Using a class blog
For schools wanting to share the learning which goes on in the classroom with the wider school community they could use a class or a school blog and upload video there, direct to the blog’s media gallery. However there’s usually a limit on the upload file size, and often a total storage limit which can limit what is shared. For short videos where there’s a wish to have text written beside the video to better describe what’s being viewed and set it in context of the learning, and where a class already is familiar with a blog, then this can provide a good means to share video. Here’s a guide to adding video to a WordPress blog specifically for Glow users:
And if you are sharing a YouTube video to your WordPress blog in Glow then all you do is add the YouTube URL web address into the body of the blogpost text – no need to get any embed code, it just automatically embeds the video
Using a class Twitter account
A school or class Twitter account can now share short videos with a short message – and this can provide the quickest means to share short snippets of examples of learning. To add the video just start a new tweet and go to add an image and you’ll now see the option to add video. These can only be short videos but combined with the speed of being added straight from the mobile device which is used to create the video it provides a very quick means to share examples of learning. Short text messages can of course be added.
Using a School YouTube Channel
The world’s best-known video-sharing site is of course YouTube and many schools now have a dedicated school YouTube channel. There are many reasons to use YouTube: it’s free, can handle very large file sizes, it streams the video so that it plays immediately for the viewer and does not require a whole video to be first downloaded prior to viewing, has a host of tools for making the raw video even better (such as blurring faces, adding royalty-free music backing track), the resulting videos can be shared by simple link or embedded in a school website or class blog (without adding to the storage space of the website or blog). And it can all be viewed on mobile devices as well as smart televisions.
Whichever method of sharing video is employed it’s important that schools ensure that anything used within the video will not infringe the copyright of others (including any music – there are many sources of royalty-free music where permission has been granted for use in videos by others, usually with the requirement for a credit to the source in the video, and YouTube itself provides a bank of music for use in videos uploaded to their site), that the permission of those in the video has been obtained (through an AUP, and their parents/carers may have provided this on enrolment of their child in the school).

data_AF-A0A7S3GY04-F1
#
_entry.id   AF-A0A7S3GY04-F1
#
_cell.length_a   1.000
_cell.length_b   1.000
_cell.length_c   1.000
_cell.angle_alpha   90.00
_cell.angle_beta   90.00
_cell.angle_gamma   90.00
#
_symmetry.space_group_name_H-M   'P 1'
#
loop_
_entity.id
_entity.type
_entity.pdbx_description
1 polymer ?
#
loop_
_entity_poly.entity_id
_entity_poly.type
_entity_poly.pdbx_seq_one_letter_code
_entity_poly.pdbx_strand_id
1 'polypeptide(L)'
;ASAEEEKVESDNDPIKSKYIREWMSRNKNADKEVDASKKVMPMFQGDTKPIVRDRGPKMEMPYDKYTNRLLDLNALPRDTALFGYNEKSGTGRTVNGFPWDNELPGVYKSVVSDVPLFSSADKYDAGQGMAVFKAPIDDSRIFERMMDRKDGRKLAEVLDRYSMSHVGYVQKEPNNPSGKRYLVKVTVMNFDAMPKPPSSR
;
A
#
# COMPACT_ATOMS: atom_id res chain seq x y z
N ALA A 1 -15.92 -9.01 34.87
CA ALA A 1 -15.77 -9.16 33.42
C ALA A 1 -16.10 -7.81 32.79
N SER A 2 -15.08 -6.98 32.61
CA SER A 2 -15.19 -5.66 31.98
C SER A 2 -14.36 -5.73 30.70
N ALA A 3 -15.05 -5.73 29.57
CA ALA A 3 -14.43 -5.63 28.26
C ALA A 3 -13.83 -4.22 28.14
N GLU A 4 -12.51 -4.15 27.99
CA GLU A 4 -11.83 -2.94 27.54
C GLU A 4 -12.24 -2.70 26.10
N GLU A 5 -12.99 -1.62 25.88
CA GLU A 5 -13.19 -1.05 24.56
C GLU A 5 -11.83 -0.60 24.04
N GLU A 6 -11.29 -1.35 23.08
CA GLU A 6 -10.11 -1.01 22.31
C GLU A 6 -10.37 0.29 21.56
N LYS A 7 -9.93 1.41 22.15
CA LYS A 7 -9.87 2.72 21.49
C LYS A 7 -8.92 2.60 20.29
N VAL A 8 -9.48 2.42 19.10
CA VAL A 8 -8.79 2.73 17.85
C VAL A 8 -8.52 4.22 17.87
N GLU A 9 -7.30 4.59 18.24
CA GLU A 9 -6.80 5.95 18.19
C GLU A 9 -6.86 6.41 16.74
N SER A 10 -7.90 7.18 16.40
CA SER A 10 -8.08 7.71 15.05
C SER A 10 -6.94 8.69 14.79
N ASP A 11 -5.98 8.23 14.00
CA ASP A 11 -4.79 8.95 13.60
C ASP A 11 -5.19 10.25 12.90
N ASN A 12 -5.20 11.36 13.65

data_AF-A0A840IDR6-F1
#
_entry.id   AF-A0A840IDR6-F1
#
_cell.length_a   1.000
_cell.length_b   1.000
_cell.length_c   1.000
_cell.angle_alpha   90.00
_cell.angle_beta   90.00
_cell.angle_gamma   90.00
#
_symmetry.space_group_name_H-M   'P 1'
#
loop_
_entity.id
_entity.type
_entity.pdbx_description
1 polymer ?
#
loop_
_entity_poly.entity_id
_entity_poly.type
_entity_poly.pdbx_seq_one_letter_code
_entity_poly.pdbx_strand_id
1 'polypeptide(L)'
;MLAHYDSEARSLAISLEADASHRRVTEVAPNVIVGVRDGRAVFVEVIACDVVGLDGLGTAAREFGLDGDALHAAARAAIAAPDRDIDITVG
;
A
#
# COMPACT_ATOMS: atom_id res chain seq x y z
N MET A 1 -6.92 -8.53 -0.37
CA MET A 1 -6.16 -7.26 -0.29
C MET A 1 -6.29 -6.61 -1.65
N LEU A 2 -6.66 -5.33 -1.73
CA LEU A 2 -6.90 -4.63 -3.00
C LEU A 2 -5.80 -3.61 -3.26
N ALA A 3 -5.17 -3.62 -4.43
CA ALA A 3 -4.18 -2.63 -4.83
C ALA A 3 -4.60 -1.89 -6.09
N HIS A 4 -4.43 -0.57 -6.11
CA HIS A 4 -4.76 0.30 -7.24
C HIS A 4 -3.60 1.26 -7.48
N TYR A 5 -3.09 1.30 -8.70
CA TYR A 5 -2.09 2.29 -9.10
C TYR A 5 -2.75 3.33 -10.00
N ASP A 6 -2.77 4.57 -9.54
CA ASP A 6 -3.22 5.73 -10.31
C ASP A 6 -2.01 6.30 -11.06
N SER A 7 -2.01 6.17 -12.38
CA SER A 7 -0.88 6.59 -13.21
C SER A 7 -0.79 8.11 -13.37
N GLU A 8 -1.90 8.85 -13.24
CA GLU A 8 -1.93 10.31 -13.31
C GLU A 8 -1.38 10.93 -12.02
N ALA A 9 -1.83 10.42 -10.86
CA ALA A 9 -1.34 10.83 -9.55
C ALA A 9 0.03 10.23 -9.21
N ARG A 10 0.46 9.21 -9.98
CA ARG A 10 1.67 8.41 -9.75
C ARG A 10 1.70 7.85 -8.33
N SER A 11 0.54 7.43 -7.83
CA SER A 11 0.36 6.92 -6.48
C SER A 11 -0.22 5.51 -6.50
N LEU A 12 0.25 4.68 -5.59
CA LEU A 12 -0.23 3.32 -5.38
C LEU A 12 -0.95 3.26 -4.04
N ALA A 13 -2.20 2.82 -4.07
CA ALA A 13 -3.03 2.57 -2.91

Setting up a school YouTube channel
When setting up a school YouTube channel there are a number of settings which schools may wish to consider such as disabling comments (schools can embed videos in their school blogs and provide the facility to receive comments there, which can be moderated more easily there); switching off the facility for viewers to vote on a video, or to see ratings or to allow video responses. Ensure video can be embedded so that it can be added to school or class blogs and website. Add a link in the banner to the school website or blog, and to a school Twitter or Facebook account if applicable. Click here for advice about setting up a school YouTube channel. You may wish to set video upload defaults so that videos are listed in the Education category. Videos uploaded have the option to be private (useful prior to making public while editing may be undertaken such as adding a soundtrack for YouTube’s bank of royalty-free music tracks for this purpose), unlisted (where anyone with the link can access the video but it will not show on the school’s YouTube channel list of video – handy prior to making public to share with a colleague to perhaps use the YouTube facility to add annotations) or public – where everyone can see the video and find it by searching.